We've returned from seven days' travelling through the mountainous Cordillera region of the northern Philippines. I've always scoffed a bit at the notion of 'bucket lists' - things you think you would most like to before you die - because it seems to me that enjoying what life offers up to you can be even more enriching. But I must confess that I've had a hankering to revisit the Cordillera region of the Philippines before I'm too old for the trip, or the region is over-run by tourism, or the inhabitants find it's just too hard to maintain the rice terraces for which the area is renowned.
My Philippine family didn't need too much persuasion to make the journey, even though it involved long car trips over often precipitous roads ominously littered with rocks from previous land-slips. The compensation was that every turn of the road revealed an even more beautiful landscape of clouds, mountains, valleys, ravines, and the rice terraces.
People dispute the age of the terraces, but general agreement is that they are around 2000 years old. The walls are constructed of intricately arranged stones, sometimes with mud used for mortar, and they echo the contours of the slopes to maximise the area of each rice-growing segment. Water drains from the top to the bottom of the terraces in an ingenious feat of hydraulic engineering. A number of the areas of terraces have received UNESCO World Heritage listing, but to see those you really need to have a four-wheel drive vehicle, or consign yourself to the local overloaded jeepneys, and be willing to trek considerable distances across the mountains. This was beyond our capabilities and we contented ourselves with visiting the towns of Banaue and Sagada and driving and walking to the more accessible viewing points.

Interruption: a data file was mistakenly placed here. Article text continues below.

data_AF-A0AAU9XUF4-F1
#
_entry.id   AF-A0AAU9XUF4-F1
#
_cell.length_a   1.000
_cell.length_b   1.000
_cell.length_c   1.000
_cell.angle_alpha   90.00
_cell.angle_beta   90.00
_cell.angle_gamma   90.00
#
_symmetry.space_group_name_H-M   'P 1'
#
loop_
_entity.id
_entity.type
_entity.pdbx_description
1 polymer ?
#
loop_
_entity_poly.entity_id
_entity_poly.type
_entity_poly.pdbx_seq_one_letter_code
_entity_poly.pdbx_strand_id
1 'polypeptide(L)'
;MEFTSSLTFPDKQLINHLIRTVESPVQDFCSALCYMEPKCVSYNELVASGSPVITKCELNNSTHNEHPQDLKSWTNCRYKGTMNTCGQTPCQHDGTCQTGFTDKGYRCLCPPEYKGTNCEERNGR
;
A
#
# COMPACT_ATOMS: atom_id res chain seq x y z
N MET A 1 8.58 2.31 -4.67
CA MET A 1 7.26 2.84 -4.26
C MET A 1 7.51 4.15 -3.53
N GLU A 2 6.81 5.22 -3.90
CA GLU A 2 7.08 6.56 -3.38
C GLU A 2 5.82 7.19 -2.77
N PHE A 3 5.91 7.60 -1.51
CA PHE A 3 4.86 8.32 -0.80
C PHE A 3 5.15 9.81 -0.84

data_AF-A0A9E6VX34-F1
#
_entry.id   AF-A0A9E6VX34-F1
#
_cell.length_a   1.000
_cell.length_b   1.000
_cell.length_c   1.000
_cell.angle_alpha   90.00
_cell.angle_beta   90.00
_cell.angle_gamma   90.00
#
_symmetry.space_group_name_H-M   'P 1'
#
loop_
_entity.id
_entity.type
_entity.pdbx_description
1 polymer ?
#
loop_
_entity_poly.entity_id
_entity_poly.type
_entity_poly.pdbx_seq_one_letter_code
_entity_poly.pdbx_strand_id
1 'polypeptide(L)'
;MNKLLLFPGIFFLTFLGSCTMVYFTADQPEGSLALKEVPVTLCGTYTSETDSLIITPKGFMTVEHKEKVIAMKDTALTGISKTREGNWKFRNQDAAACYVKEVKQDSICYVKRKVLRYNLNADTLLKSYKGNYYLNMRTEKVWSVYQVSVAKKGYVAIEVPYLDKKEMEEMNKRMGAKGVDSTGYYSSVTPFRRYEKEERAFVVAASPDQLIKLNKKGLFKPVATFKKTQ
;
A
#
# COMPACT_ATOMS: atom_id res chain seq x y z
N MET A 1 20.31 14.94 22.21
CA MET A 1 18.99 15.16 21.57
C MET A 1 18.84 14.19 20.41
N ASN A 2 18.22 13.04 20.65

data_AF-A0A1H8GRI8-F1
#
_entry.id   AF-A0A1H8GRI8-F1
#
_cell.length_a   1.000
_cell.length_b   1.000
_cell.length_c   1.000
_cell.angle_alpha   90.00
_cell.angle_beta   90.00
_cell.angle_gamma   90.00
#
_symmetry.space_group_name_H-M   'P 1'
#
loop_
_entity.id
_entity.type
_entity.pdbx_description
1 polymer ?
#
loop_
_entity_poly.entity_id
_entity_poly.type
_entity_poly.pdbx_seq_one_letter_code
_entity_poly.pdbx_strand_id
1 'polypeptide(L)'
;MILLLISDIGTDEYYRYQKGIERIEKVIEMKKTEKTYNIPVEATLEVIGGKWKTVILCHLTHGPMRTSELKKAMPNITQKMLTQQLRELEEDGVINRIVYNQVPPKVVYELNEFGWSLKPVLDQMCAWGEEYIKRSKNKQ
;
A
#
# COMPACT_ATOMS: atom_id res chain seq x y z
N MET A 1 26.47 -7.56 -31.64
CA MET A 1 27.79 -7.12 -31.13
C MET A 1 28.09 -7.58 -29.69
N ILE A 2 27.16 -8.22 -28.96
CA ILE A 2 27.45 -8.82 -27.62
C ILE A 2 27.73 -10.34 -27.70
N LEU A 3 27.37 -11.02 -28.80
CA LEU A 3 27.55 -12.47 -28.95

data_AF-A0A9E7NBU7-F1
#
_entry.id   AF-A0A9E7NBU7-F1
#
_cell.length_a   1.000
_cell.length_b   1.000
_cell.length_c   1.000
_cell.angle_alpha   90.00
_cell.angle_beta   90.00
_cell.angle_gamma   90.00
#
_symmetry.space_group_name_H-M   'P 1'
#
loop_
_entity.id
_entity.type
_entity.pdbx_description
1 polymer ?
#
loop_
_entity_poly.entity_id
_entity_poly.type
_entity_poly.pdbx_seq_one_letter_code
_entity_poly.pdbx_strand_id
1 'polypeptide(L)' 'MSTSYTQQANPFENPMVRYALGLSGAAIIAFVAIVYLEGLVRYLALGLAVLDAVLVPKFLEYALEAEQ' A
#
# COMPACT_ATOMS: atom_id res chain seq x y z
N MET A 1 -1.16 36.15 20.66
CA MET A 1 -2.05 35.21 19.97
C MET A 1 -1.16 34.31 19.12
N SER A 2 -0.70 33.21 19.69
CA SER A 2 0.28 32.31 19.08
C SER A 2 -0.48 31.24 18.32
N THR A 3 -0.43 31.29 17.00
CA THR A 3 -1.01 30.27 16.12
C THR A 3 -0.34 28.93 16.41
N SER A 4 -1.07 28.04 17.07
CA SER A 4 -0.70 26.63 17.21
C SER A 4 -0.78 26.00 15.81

When this is the view from your hotel room in Banaue...
it's very tempting just to sit and knit and watch the mists and shadows and showers pass across the landscape.
Maintaining and farming the terraces is hard work and requires a strong sense of community to ensure that each unit-holder does nothing to unsettle the balance of the ecosystem of the terraces. The inaccessibility of the Cordillera region protected its peoples from Spanish colonisation and minimised the impact of US rule in the first part of the twentieth century. But modern communication technologies and better road access provide wider temptations and opportunities beyond the local for young people. There is some government support for maintenance of the terraces, but I can't help but wonder how they can be sustained into the future.